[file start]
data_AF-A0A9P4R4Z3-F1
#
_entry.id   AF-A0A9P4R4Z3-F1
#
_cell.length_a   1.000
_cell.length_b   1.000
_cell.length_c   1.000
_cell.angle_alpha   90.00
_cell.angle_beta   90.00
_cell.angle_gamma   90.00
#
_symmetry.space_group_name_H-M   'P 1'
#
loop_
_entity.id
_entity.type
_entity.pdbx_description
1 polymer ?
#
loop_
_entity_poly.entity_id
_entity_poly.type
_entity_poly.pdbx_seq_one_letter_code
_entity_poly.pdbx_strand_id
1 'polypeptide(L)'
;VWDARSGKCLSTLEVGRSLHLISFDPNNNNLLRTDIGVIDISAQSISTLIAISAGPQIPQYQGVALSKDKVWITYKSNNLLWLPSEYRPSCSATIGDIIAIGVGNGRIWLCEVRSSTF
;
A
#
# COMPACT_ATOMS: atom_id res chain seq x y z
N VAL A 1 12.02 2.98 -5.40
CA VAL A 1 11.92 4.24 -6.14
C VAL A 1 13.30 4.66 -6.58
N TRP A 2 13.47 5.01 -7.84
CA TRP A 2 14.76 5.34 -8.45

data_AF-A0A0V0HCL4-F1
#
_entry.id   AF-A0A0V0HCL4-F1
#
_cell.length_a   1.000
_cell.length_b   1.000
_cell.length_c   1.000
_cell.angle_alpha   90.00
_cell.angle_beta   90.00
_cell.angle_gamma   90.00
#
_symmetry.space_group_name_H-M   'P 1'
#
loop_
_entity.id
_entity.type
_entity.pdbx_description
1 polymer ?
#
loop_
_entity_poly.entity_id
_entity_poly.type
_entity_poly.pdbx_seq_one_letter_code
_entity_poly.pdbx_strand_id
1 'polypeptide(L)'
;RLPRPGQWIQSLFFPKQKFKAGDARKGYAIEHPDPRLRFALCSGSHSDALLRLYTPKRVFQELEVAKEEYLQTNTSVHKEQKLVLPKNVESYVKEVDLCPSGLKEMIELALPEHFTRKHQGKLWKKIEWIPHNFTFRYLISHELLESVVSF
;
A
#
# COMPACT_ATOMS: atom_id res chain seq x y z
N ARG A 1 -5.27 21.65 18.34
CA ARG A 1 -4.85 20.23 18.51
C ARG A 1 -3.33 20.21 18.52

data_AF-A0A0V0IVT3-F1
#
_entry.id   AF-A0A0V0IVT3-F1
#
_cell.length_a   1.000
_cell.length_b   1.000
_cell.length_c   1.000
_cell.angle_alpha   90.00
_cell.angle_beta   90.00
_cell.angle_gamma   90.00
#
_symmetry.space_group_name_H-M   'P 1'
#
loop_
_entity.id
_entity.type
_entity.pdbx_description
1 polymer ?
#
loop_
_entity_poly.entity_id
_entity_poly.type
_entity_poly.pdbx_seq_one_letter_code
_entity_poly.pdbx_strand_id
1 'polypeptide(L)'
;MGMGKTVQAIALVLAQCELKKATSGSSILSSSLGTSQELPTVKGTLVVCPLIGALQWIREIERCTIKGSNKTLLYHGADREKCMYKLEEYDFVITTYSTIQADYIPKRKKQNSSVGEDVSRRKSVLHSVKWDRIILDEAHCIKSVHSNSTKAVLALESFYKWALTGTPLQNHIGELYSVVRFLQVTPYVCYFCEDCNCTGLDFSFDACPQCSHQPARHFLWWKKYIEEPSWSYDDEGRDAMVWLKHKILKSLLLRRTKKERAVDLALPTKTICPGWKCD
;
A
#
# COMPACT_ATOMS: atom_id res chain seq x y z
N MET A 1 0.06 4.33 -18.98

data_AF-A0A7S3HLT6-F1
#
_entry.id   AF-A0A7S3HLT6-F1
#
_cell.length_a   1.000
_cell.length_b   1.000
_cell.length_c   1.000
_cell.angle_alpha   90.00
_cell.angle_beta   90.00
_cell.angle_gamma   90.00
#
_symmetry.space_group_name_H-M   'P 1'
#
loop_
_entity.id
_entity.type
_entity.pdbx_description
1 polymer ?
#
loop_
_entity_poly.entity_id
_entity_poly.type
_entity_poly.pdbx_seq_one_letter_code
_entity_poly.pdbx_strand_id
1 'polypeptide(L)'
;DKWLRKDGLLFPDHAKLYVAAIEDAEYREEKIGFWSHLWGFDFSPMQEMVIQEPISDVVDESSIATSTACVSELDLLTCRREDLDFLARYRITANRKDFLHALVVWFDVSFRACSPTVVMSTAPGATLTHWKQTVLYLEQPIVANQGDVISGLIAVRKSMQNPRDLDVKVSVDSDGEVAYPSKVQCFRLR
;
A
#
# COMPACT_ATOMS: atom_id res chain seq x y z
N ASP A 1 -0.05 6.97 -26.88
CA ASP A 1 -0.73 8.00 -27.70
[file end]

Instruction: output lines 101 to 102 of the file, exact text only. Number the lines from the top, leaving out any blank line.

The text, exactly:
#
_entry.id   AF-A0A7S3HLT6-F1